Kellogg, the largest cereal maker in the U.S., said fourth quarter earnings fell 5%, due to costs for job cuts at an England plant and slumping North American cereal sales.
But the company also raised its 2007 earnings-per-share forecast by a penny, though the new outlook still falls short of analysts' expectations. Kellogg said it saw internal sales, excluding currency fluctuations and other factors, exceeding long-term targets, helping offset rising costs for corn and other commodities and spending on brand building.
Fourth quarter net income fell to $182.4 mllion, or 45 cents a share, from $192.4 million, or 47 cents a share, a year ago. Analysts polled by Thomson Financial expected earnings of 46 cents.
Earnings in the latest quarter include 3 cents a share from the expensing of stock options and investment in up-front or restructuring costs of 8 cents a share, which was higher than the level spent in the year-ago period, the company said. In September, Kellogg said it would cut jobs at a facility in Manchester, England, in order to improve production in Europe.
Sales rose 8% to $2.58 billion from $2.39 billlion a year ago, falling shy of the $2.53 billion analysts had anticipated. North American retail sales for cereal fell 2%, hurt by changes in inventory levels.
In the latest period, Kellogg's profit margin fell 0.3 of a percentage point to 43.3%.
Indeed, increased upfront costs cut the margin by 0.7 of a point, and higher energy, commodity and benefit costs lowered it by 1.6 points, the company said.
Kellogg, which also makes Keebler cookies and Pop-Tarts toaster pastries, has benefited in recent years from a steady stream of higher-priced products such as new varieties of cereals like Special K and All Bran. But like many U.S. food makers, Kellogg has also suffered from soaring energy, grain, sugar and corn costs. To help offset them, the company raised cereal prices last year.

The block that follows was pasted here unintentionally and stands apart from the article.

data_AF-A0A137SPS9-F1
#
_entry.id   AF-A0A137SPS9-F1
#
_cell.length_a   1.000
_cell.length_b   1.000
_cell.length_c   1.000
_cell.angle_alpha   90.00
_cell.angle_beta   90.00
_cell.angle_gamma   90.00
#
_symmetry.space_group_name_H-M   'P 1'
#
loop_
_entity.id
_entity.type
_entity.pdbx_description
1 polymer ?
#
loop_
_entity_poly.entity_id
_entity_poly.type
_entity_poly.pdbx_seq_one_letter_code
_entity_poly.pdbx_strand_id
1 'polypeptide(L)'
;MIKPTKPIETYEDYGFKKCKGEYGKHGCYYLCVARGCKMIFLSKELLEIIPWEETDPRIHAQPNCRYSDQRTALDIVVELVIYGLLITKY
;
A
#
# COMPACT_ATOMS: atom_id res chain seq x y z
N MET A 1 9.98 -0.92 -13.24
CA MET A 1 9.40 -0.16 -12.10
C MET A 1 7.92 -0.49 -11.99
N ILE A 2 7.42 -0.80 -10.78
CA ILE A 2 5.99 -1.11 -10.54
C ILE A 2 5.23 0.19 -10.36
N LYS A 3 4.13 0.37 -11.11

"We faced a difficult cost environment in 2006 and still achieved another year of results that met, or even exceeded, our targets," David Mackay, Kellogg's new chief executive officer, said in a written statement. "Equally as important, though, is that we achieved these results while making significant investment in the business and in future growth."
Although shares of the company fell, they are still trading near the higher end of their 52-week range of $42.41 to $51.
For the full year, net income in 2006 grew 2% to $1 billion, or $2.51 per share, from $980.4 million, or $2.36 per share, in 2005. Full-year revenue gained 7% to $10.91 billion from $10.18 billion.
Kellogg raised its 2007 outlook by a penny a share, saying it expects to earn between $2.68 and $2.73 per share. In October, Kellogg said it expected earnings between $2.67 and $2.72 per share.
However, the new estimate is still below analysts' forecast for a profit of $2.75 per share, according to a Thomson Financial poll.
Kellogg said it expects sales growth could be 4%, implying sales of $11.34 billion, in line with analyst consensus.
The company said the outlook includes estimates for "significant" commodity cost inflation and continued investment in brand building.
"We will face more inflation in 2007 but we remain confident that we have the right strategy, operating principles and business model," said Mackay, who replaced Jim Jenness as CEO on Dec. 31. "It is our continued focus and strong execution, driven by the strength of our organization, that give us confidence that we will deliver dependable rates of growth in 2007 and beyond."
Jenness remains chairman of Kellogg's board.